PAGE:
Having just read a piece by former New York Mayor Ed Koch, I must agree with everything he said in defense of Sarah Palin, but Mr. Koch failed to bring home his point – that Palin appears to have meant what she said and said what she meant when she accused the “left” of directing a “blood libel” against her.
But, I also think there may be a larger lesson in this – something that goes to the foundation of our cultural mindset.
Like Koch, I, also, am not a big Palin fan. But if a “blood libel” is an untrue or unproven accusation of a terrible, bloody crime against a person or group that could lead to violent reprisals, then I think she used the term correctly.
If you recall, some Jewish groups, while not accusing her of anti-Semitism, said they wished Palin had used a different term to describe the spreading of rumors that it was rhetoric used by she and the Tea Party that inspired the Arizona shootings.
They implied that maybe Palin didn’t understand the true meaning of the phrase, which comes from the centuries old and oft-repeated lie that the Jews use the blood of (insert group here) babies to make matzo.
But, I think she does.
What’s the difference between “the Jews kill gentile children and use their blood” or “the Jews steal internal organs from people to sell on the black market” or “Sarah Palin and the Tea Party caused a man to shoot a bunch of innocent people at a supermarket”?
If there were some evidence that the shooter was a big Palin fan and took her campaign rhetoric, with its gun and fighting references literally, that would be one thing. But, so far, there’s been no such evidence.
What Palin said that set off the complaints was:
“Vigorous and spirited public debates during elections are among our most cherished traditions. And after the election, we shake hands and get back to work, and often both sides find common ground back in D.C. and elsewhere. If you don’t like a person’s vision for the country, you’re free to debate that vision. If you don’t like their ideas, you’re free to propose better ideas. But, especially within hours of a tragedy unfolding, journalists and pundits should not manufacture a blood libel that serves only to incite the very hatred and violence they purport to condemn. That is reprehensible.”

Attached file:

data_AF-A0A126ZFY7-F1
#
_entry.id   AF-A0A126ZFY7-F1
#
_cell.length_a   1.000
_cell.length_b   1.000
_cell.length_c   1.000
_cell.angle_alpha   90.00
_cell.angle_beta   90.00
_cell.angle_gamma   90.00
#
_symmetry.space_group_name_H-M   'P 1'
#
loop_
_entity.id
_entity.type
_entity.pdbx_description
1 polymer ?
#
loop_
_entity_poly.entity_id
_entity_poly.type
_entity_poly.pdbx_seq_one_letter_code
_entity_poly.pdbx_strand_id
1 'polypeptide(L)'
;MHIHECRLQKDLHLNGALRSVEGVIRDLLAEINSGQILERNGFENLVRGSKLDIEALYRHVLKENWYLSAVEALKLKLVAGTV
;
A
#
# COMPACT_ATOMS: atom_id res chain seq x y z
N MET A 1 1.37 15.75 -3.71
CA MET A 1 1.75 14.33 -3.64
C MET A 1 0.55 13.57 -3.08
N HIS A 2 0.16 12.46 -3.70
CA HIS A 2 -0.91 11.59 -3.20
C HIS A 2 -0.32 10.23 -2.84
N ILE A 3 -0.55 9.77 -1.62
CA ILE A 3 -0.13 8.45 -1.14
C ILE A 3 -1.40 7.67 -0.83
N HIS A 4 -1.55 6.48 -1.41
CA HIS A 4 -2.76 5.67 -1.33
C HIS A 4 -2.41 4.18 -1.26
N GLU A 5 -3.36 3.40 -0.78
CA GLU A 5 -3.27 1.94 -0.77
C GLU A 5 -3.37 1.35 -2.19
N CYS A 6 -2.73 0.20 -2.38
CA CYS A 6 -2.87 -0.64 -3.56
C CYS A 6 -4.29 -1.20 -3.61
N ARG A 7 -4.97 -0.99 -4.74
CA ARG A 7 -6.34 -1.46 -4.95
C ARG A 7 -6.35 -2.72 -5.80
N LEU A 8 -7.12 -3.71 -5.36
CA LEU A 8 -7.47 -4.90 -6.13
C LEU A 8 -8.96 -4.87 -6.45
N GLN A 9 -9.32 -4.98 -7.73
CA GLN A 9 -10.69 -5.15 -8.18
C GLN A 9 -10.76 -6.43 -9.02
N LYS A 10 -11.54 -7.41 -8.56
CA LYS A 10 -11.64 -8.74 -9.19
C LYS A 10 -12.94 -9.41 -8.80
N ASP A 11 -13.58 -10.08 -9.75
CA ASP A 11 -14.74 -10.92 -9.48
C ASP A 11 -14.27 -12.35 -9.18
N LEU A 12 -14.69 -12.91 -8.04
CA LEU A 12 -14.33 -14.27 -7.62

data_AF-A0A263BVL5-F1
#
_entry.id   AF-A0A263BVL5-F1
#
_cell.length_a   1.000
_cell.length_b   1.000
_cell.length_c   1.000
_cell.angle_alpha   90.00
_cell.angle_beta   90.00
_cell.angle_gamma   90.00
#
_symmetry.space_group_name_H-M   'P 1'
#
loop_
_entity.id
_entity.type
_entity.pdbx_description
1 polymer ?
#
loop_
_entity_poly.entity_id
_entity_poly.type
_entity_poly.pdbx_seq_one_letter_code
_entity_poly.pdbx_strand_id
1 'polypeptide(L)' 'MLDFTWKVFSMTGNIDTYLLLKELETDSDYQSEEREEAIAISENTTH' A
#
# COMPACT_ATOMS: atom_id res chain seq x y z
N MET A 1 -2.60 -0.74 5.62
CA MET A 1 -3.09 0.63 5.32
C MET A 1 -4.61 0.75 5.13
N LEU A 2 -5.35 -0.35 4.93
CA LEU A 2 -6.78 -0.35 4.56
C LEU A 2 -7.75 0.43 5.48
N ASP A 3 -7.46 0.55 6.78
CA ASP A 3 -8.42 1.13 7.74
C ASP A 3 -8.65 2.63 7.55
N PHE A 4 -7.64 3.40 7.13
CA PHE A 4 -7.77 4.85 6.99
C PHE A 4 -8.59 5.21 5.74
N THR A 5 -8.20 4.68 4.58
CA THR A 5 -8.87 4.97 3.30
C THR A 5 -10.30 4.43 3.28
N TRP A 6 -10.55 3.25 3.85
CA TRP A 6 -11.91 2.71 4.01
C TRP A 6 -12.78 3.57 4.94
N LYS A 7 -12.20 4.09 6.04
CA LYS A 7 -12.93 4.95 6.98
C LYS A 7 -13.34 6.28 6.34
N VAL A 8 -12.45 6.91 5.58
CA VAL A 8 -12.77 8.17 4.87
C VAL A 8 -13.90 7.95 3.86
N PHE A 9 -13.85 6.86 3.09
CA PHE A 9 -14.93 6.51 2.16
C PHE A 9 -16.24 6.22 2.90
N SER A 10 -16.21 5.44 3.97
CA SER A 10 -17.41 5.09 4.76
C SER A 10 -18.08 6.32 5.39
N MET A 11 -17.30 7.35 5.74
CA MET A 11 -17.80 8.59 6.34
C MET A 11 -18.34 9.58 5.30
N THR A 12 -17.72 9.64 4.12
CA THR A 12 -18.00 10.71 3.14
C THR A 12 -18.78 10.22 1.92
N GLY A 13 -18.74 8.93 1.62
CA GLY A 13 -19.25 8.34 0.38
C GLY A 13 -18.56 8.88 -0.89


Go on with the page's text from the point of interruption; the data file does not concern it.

Maybe the lesson to be taken from this – not from the Arizona massacre – I don’t know what the lesson from that might be – but from the rush to condemn Palin absent any evidence, is that the entire country needs to change its reference point from war and violence to something else.
As a society, Americans have always tended to resort to violence and describe all kinds of mundane things in violent ways. It’s how we describe our sports, our politics and even our entertainment.
We figuratively “kill” our opponents and our audiences – and these are good things. We “die” on stage, if things are going badly.
Violent references are so integral a part of our culture that most of us don’t even notice them.
For instance, we could probably have come up with alternative ways to say, “when push comes to shove,” or “get away with murder,” or even “punch line.”
Why do we say “twist your arm” when we mean coerce or “break a leg” when we wish someone luck or “shoot from the hip” when we mean acting recklessly or impulsively? Why do we “fight for peace,” “take a shot at it” or “add insult to injury”? Why is an insult or slight a “slap in the face” and why are we asked to “roll with the punches”?
Palin’s crosshairs on Congressional district maps is a fairly typical American-style reference, not the least bit unusual in the national discourse, and maybe that’s a problem.
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